If you are not a student or about to take an exam, this type of dream is usually a metaphor for some kind of difficult situation you are facing in your professional life or career. You feel that your performance will be judged by others and the dream reflects your lack of confidence in yourself. This type of fear-of-failure dream can also occur for other types of challenges you may face in waking life, ranging from driving tests and auditions to job interviews and presentations.
More often than not, you will be judged in these dreams by an audience’s reaction; that reaction is often negative.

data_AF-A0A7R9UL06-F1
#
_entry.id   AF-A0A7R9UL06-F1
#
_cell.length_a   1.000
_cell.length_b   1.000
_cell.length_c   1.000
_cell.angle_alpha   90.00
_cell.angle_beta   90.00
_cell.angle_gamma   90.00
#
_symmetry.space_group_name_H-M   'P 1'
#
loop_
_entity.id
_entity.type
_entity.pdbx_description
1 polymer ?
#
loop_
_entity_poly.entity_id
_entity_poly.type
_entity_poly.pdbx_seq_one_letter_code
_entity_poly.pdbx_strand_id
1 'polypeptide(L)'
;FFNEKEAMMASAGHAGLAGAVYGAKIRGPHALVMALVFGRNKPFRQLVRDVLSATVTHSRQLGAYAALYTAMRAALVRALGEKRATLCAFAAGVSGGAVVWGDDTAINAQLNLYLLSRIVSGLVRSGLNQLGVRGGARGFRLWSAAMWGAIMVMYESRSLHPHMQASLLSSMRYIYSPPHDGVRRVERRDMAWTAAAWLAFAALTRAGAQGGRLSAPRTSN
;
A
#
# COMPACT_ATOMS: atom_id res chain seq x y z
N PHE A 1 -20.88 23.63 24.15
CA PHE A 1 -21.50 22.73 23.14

If the audience starts booing or catcalling you in your dream, try to remember who the audience was and what you were humiliated for. Ask yourself whether the condemnation was justified or whether the evaluators or adjudicators in your dream were actually self-critical aspects of yourself.
If you stammered in front of your dream audience or adjudicator, this underlines your feelings of uncertainty and lack of self- confidence. Medical tests may be alerting you to the need to watch your health. A driving test may suggest a test of confidence or ability, and a written test an examination of your understanding of a certain situation. Testing something yourself in your dream means that you are trying to establish some kind of standard; alternatively, it might suggest that you are testing your own resolve.... The Element Encyclopedia
Eleven is also traditionally a symbol of transgression, as it goes beyond the law, represented by ten. St Augustine called eleven ‘the coat of arms of sin’. Eleven can also suggest anxieties about a deadline, as in ‘the eleventh hour’.